In using these imported methods we are committing the same mistake that President Putin, now a prime minister, has been committing in Chechnya for the past decade. He successfully curbed the insurgency and ended the ability of the US and other countries to use Chechnya to bleed Russia by covertly supplying weapons and intelligence to the insurgents. But instead of building on that success, Mr. Putin continues to use aggressive tactics in Chechnya, breeding more insurgents and more opportunities for outsiders to meddle. [The latest suicide attacks in Moscow involved a young woman who blew herself up because Russian military killed her husband].

The same is happening in our tribal belt. Just when we have stamped out insurgents and criminals in some pockets [thanks to Gen. Kayani and his team], here comes the collateral damage – both from CIA drones and our own occasional mishaps – to create additional pools of disgruntled citizens ready to be picked up by anyone who has resources to use them against the Pakistani state.

It’s a vicious cycle that destroys the massive nation-building work that our military is conducting in places such as Swat, with the military’s own money and often without any support from incompetent civilian governments in Islamabad and Peshawar. For example, few people know that our soldiers donated two days’ pay to collect US$1.2 million to renovate more than half of the 400 schools in Swat destroyed by terrorist groups. The army is building roads and restoring water supply lines in Swat, even organizing cultural and musical events to provide much need entertainment to a disturbed population and restore normalcy. Not to mention achieving the impossible by restoring two million refugees back to their homes in less than a year.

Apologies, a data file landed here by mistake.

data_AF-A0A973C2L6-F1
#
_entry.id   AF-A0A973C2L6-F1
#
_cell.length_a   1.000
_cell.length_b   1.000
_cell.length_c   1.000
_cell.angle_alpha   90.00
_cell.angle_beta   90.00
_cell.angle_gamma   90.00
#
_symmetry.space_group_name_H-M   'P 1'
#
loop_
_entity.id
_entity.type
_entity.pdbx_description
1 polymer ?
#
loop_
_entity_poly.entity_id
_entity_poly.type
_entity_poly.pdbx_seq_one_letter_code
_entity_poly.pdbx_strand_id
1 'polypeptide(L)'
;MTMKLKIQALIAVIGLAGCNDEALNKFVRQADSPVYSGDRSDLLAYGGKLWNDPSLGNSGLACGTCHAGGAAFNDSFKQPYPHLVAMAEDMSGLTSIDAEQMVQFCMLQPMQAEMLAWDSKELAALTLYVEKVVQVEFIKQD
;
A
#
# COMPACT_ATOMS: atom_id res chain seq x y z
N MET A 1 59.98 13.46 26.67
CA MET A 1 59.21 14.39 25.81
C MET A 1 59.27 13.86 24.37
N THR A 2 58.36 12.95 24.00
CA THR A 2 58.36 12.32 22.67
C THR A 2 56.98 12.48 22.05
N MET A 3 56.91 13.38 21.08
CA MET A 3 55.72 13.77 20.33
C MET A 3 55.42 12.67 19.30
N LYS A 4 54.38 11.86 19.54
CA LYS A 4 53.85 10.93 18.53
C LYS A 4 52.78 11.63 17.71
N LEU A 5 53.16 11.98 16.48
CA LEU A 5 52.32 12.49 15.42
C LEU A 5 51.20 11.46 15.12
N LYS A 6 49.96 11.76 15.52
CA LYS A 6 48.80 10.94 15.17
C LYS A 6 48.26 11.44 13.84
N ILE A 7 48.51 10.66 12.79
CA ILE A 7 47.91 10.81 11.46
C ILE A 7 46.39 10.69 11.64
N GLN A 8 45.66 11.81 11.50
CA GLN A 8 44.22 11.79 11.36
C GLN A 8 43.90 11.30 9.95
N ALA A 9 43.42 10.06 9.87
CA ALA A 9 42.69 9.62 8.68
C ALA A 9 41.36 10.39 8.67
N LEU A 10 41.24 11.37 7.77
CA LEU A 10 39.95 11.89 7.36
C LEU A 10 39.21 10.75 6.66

But all of this good work is eaten away by the kind of massive bloodshed that occurred on April 10 at remote Tirah Valley of Khyber Agency. Despite the brave apology, the accident will create new rebels and revenge seekers. It also brings into focus an old complaint about the veracity of intelligence that the Americans have and share with our military. Once again, the insurgency within our tribal belt is directly linked with the American mismanagement in Afghanistan. Allowing the Americans or anyone else to set up spy networks inside our territory and unleash private defense contractors in beards and local dresses is like allowing our own people and territory to be treated in the same manner as Iraq and Afghanistan, which are foreign occupied zones. This foreign element, including collateral damage and the faulty intelligence that causes it, is also sending a wrong message to ambitious criminal and tribal leaders and politicians, and that message is: the Pakistani state and its military are too weak to check foreign meddling and thus taking matters into their own hands is a legitimate option.

Another mistake that is bound to breed more enemies for the state is our faulty policy of not clearly asserting that the Afghan Taliban along with any other Afghan parties are legitimate Afghan political players. Fighting them is not and should never be Pakistan’s responsibility. The presence of some Afghan Taliban on Pakistani soil is expected to due to close ties between Pakistani and Afghan Pashtuns, but the solution is not for Pakistan to help US eliminate them but to resolve the deadlock inside Afghanistan that has resulted in the Afghan Taliban escaping their country to take refuge here.